CLEMSON — Human trafficking in South Carolina may be more prevalent than previously thought, according to a study released by researchers at Clemson University.

Nearly 20 percent of past kidnapping and prostitution case files analyzed from police incident reports in Greenville County over a three year period (2010-2012) had markers indicating the presence of human trafficking, said the study’s leader, Mark Small, a professor in Clemson’s youth, family and community studies department and associate director of Clemson’s Institute on Family and Neighborhood Life.

Historically, human trafficking was viewed as a problem of smuggling and illegal migration, but it more recently has been seen as a problem of commercial sexual exploitation, especially of minors, and of forced labor, especially through the use of coercion or fraud, Small said.

The U.S. government criminalized human trafficking in 2000, and states began revising their criminal codes soon after, Small added. In 2012, South Carolina passed legislation making human trafficking a felony with a first offense carrying a penalty up to 15 years in prison. Trafficking with a minor can add an additional 15 years.

The study was partially funded by the U.S. Department of Justice, Bureau of Justice Statistics, and administered by the S.C. Department of Public Safety’s Office of Highway Safety and Justice Programs.

The study is the first empirical study in the state to examine how the incidence of human trafficking is captured and reported in a Palmetto State database and can be found online at the S.C. Department of Public Safety website.

“There is a great deal of interest in addressing the problem of human trafficking in South Carolina, but very little data on prevalence and severity of the problem,” Small said. “Because South Carolina only recently passed legislation criminalizing human trafficking, data collection is just now beginning across the state on its prevalence. Our study indicates that this is likely a serious problem in the state.”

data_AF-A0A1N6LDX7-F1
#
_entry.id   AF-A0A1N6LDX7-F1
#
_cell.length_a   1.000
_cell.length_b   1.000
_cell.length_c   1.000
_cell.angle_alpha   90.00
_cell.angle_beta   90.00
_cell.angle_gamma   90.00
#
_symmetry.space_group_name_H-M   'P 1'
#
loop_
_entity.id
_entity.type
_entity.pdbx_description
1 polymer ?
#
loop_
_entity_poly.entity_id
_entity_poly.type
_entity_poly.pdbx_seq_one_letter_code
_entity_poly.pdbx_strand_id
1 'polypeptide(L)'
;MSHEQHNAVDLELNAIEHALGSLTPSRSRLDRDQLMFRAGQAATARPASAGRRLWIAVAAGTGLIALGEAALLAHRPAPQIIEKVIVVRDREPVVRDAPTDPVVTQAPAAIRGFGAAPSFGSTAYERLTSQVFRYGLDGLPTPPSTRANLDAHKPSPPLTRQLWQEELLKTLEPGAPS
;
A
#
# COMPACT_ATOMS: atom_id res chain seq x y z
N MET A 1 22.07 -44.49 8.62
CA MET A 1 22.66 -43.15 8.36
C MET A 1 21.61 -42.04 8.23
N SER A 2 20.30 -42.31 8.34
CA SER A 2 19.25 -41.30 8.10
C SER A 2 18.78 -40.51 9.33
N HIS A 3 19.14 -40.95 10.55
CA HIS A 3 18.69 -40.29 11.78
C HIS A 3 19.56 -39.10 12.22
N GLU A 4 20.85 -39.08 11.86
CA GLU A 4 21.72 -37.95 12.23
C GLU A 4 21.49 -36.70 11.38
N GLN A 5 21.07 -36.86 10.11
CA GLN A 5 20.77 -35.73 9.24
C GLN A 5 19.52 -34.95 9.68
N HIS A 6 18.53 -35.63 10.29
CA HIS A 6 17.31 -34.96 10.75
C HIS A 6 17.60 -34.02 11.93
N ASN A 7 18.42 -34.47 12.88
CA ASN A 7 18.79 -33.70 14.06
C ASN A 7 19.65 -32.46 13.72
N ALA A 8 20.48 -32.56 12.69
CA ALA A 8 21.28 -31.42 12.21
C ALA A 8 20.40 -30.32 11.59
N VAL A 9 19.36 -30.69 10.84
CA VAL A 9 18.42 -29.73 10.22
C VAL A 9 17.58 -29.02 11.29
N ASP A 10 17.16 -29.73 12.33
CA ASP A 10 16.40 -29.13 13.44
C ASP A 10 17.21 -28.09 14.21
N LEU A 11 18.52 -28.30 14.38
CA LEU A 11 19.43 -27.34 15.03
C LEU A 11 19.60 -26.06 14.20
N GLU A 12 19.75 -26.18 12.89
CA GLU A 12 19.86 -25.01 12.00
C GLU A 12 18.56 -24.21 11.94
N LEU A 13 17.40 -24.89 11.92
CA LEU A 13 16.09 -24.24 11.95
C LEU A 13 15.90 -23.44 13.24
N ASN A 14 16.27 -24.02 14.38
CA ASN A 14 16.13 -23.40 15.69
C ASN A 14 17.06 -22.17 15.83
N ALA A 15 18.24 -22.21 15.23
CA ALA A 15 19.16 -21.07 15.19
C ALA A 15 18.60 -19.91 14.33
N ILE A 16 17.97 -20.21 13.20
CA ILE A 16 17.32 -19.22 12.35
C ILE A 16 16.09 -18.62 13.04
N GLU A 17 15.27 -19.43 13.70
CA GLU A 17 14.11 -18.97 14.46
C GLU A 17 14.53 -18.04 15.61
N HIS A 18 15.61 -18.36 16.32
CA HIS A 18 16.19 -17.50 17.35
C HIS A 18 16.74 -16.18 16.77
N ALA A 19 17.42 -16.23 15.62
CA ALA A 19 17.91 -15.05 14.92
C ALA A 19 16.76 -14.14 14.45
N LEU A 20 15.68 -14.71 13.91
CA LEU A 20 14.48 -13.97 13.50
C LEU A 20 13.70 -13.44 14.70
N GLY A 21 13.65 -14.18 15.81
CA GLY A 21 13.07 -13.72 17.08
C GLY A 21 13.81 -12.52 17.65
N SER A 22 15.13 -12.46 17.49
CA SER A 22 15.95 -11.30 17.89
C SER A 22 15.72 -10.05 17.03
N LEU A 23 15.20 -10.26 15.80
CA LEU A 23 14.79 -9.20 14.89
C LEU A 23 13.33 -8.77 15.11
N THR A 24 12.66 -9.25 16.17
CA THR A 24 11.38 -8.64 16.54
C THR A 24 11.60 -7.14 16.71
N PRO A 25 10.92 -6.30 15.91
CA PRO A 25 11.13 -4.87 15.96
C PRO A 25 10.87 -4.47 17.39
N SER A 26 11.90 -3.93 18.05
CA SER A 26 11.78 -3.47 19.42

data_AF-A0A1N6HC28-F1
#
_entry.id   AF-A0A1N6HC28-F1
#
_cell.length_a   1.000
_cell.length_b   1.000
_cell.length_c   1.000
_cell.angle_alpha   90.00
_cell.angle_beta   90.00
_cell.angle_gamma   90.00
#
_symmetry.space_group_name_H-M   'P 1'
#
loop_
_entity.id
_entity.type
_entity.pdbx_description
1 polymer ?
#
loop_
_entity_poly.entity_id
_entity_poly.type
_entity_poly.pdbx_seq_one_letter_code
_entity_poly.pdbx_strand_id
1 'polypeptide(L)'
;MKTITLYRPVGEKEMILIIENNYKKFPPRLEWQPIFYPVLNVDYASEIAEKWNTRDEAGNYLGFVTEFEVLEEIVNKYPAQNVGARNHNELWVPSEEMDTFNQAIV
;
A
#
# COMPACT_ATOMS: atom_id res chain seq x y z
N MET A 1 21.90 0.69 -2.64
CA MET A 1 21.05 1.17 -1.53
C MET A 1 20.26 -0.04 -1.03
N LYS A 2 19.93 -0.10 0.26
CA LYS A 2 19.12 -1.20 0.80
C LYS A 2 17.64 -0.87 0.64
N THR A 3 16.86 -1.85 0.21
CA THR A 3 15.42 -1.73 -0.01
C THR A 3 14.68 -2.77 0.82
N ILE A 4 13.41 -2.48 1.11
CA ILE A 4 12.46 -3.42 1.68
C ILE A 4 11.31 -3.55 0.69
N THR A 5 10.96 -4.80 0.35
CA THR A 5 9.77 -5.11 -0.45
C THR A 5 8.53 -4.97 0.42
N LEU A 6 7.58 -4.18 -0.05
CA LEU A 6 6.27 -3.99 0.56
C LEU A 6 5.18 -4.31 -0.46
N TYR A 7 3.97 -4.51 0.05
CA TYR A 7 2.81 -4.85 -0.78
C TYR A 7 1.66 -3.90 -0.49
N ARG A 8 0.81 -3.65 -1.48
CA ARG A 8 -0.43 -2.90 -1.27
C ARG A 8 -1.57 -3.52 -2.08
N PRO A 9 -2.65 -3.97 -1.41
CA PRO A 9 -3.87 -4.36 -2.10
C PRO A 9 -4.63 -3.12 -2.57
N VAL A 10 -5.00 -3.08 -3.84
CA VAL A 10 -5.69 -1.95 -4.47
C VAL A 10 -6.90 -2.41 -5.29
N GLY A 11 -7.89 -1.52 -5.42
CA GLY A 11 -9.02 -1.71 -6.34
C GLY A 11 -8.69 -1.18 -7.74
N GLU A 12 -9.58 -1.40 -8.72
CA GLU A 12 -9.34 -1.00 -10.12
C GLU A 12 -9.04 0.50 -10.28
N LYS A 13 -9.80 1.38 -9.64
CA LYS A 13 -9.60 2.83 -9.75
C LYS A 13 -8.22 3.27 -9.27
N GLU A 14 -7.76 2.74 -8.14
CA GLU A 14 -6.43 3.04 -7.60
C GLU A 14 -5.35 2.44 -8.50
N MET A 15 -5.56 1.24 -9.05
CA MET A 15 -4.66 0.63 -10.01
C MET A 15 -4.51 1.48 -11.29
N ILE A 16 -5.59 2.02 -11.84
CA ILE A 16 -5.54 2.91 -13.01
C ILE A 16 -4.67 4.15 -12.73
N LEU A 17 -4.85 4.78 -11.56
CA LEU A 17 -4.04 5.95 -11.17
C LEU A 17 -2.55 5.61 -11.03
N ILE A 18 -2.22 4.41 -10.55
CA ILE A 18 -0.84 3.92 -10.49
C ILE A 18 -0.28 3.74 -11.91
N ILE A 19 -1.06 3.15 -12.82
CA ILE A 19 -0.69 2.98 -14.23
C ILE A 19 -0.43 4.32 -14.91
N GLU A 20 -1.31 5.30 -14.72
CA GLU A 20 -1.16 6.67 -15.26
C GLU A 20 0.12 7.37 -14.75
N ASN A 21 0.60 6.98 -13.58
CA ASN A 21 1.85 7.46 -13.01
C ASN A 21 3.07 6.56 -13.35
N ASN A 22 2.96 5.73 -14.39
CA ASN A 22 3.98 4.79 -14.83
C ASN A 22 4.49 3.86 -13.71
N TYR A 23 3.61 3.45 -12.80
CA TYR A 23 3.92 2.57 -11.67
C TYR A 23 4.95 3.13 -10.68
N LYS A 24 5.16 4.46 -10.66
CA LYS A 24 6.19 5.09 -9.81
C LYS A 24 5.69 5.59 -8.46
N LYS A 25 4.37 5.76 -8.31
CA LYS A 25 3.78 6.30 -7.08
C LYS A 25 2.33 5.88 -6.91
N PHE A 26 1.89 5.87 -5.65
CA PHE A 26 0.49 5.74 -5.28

The research team — comprised of Small and international family and community studies Ph.D. students Andrea Morales and Traci Hefner — analyzed South Carolina databases, then developed an innovative method to estimate the percentage of past kidnapping and prostitution cases that might warrant additional charges of human trafficking. As a pilot project in cooperation from the Greenville County Department of Public Safety Records Division, the researchers scrutinized narratives from police incident reports.

“This project represents an important first step in providing information that might better inform human trafficking polices related to law enforcement training and services,” said Robert McManus, recently retired director of South Carolina’s Statistical Analysis Center. “Policies designed to address serious problems require accurate, reliable information, and when that information is lacking, it is important that we make an honest assessment of that shortcoming and try to fix it.”

“South Carolina is a little behind the curve in addressing human trafficking,” Small said. “With the ongoing work of a state task force established in 2012 that is led by South Carolina Attorney General Alan Wilson, I am optimistic that the state will make progress — not only in law enforcement but in victim services as well. Any research can only help.”

Last year, the task force developed a statewide plan for addressing human trafficking that includes findings, recommendations, general information and resources.